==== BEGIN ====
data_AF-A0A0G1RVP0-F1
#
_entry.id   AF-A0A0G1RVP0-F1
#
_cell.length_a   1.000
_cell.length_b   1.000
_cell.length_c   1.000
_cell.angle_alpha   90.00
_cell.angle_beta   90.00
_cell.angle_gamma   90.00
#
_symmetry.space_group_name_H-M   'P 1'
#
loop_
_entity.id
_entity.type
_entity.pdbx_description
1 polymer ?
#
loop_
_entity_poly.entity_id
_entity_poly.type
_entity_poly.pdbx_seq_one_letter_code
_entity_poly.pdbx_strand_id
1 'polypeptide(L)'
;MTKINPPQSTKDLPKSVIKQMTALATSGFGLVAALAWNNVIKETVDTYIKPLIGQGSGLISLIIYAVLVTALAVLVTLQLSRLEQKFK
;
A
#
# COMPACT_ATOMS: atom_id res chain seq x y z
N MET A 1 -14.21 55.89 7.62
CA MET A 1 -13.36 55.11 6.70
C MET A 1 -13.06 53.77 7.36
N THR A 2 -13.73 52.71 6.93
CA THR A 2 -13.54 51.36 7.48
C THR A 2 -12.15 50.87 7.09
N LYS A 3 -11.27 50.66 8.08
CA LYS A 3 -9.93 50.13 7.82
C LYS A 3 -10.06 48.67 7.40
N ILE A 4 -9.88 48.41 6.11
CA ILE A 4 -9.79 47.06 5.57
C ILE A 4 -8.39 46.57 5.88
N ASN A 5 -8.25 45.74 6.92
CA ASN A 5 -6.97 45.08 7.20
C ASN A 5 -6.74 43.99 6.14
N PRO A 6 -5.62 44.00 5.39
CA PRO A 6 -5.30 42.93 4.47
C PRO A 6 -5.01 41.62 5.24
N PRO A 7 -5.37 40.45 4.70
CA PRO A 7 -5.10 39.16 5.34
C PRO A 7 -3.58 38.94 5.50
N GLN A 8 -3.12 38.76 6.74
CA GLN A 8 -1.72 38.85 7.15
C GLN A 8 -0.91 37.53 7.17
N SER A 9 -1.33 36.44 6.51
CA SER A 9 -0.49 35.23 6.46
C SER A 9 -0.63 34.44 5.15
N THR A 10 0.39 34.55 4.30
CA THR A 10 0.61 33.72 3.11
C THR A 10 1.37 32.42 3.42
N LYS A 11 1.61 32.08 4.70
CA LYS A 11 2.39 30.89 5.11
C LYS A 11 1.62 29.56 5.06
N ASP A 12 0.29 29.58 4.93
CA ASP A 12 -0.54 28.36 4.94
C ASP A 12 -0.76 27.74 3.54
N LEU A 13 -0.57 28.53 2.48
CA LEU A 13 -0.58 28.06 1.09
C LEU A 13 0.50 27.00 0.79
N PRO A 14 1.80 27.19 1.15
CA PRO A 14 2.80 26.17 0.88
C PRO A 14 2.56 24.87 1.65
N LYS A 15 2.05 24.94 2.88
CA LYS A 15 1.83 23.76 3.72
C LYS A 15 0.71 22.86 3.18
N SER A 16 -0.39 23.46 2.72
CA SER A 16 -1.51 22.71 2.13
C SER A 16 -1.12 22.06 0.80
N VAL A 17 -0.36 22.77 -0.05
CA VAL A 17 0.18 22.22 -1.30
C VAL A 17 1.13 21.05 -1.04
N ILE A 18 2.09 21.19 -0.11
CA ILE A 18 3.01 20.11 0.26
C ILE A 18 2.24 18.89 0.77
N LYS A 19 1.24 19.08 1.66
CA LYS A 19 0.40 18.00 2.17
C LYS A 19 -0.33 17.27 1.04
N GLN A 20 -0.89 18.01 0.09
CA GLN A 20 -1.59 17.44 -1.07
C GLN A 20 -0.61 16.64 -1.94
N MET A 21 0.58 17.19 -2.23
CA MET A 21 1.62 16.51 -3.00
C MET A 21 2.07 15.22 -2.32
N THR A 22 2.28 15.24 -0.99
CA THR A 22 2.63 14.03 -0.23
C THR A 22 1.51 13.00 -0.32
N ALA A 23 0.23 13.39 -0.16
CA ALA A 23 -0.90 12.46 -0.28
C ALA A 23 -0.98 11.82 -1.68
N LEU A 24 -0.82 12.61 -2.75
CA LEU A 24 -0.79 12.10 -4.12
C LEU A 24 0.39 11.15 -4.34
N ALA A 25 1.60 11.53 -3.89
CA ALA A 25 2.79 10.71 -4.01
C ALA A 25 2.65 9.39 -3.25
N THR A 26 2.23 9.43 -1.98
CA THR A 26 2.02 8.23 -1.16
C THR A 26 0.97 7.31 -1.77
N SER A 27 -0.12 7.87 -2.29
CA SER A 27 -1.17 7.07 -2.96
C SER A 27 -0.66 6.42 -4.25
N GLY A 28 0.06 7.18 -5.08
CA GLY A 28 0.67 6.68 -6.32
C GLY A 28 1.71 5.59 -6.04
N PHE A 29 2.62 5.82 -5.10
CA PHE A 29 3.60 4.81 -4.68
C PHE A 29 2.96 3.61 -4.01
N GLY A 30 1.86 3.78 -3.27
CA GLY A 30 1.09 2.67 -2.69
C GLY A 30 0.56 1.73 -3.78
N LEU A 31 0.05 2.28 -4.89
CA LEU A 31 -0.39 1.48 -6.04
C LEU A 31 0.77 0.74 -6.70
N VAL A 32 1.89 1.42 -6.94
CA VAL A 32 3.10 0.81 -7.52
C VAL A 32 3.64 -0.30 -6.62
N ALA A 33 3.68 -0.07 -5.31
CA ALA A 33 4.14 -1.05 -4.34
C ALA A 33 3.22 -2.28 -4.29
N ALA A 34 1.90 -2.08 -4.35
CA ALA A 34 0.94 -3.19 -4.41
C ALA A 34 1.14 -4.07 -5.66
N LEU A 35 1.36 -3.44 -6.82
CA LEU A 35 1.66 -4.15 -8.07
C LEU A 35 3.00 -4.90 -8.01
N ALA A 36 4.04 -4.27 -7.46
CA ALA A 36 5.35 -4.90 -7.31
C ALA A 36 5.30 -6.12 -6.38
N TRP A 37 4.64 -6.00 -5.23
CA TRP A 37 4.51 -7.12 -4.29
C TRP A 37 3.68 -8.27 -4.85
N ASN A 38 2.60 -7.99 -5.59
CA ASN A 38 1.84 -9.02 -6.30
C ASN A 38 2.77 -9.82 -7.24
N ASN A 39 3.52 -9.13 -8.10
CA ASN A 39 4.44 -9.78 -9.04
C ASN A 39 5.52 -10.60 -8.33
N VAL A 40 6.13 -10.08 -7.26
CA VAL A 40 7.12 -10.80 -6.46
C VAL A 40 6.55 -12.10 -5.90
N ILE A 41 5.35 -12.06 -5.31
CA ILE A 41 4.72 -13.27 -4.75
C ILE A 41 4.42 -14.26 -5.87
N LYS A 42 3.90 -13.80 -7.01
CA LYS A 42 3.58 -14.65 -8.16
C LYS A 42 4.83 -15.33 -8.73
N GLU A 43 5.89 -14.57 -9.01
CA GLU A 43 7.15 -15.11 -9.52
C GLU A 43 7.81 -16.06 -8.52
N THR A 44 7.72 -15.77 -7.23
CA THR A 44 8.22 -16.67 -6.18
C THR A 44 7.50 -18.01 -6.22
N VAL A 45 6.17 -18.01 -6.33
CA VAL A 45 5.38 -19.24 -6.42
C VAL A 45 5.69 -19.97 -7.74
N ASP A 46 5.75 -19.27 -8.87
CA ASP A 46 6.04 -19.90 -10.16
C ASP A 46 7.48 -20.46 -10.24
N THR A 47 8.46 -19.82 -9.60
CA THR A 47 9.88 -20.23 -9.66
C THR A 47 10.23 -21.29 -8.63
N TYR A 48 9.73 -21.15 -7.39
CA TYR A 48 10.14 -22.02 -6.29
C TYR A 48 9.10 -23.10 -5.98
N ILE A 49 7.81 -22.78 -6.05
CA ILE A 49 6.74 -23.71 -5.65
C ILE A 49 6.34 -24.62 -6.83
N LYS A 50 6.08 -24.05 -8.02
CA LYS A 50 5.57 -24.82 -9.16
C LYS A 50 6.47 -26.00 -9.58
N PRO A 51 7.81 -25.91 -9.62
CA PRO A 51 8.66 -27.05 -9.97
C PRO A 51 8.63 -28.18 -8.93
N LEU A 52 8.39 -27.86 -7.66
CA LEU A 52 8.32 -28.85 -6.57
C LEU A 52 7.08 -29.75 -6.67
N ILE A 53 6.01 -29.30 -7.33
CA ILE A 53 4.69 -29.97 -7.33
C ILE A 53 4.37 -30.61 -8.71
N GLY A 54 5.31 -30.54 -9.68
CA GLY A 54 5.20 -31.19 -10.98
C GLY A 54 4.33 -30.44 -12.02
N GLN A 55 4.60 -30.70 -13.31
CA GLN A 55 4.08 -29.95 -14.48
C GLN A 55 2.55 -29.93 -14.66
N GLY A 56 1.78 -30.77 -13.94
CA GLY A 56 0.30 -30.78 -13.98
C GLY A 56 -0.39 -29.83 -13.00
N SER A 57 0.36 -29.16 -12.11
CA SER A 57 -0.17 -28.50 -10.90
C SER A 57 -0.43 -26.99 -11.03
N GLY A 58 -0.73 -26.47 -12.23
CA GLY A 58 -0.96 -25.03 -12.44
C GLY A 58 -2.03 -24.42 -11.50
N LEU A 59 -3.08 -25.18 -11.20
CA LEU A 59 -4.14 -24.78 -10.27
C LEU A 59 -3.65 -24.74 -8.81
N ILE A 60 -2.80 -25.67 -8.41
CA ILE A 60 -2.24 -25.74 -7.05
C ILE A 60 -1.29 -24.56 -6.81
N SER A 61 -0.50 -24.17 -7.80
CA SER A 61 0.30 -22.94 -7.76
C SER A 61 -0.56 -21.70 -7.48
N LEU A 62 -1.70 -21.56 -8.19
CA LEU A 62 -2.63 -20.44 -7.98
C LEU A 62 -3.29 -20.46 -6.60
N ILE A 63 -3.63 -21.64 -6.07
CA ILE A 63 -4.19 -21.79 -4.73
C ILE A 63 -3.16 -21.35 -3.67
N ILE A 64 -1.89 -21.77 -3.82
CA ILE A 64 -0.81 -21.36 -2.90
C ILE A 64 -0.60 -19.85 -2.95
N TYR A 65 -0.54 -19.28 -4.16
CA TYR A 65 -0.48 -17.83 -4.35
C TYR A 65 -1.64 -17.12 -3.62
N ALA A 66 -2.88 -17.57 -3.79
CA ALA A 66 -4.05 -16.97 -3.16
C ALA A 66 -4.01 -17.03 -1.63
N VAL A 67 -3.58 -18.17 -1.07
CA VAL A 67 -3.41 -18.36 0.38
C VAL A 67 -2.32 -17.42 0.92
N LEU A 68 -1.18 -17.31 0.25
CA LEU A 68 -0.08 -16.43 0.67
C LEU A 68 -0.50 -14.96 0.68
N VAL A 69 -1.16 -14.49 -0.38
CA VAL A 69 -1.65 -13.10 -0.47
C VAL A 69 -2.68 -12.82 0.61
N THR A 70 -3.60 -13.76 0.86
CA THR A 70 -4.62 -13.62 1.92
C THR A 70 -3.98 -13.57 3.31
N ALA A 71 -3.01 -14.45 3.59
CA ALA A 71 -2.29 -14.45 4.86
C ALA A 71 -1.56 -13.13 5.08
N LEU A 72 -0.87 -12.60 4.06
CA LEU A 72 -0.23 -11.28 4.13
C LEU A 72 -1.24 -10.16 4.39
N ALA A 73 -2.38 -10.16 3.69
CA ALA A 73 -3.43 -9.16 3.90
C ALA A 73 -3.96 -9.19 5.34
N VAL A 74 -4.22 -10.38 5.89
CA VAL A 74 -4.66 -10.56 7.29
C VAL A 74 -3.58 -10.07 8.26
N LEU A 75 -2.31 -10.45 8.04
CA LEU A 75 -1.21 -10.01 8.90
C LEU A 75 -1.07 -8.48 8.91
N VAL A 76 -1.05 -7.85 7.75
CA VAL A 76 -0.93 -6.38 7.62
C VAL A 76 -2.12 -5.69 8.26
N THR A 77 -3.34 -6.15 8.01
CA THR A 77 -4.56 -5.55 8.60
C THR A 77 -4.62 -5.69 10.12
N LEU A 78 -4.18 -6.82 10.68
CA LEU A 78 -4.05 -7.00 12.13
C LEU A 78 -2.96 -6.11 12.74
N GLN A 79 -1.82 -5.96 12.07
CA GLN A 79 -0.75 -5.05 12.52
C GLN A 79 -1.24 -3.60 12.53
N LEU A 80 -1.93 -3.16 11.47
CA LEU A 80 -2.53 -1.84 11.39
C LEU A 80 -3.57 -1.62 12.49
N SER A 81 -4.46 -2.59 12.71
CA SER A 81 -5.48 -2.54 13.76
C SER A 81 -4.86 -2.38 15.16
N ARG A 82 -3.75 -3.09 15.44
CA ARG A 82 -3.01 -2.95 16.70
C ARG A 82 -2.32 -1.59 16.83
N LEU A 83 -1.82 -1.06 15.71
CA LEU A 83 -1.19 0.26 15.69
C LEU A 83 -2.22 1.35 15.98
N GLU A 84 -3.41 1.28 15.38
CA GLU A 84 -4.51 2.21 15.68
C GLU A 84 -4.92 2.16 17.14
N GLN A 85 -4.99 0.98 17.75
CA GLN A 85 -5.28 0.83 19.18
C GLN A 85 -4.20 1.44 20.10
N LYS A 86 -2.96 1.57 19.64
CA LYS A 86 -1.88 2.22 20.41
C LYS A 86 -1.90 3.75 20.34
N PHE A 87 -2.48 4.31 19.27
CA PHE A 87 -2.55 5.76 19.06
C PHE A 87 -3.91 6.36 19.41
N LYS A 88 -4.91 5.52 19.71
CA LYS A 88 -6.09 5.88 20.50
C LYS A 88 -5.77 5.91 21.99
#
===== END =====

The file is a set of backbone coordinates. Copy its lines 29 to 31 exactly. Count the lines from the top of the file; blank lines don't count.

#
# COMPACT_ATOMS: atom_id res chain seq x y z
N MET A 1 -14.21 55.89 7.62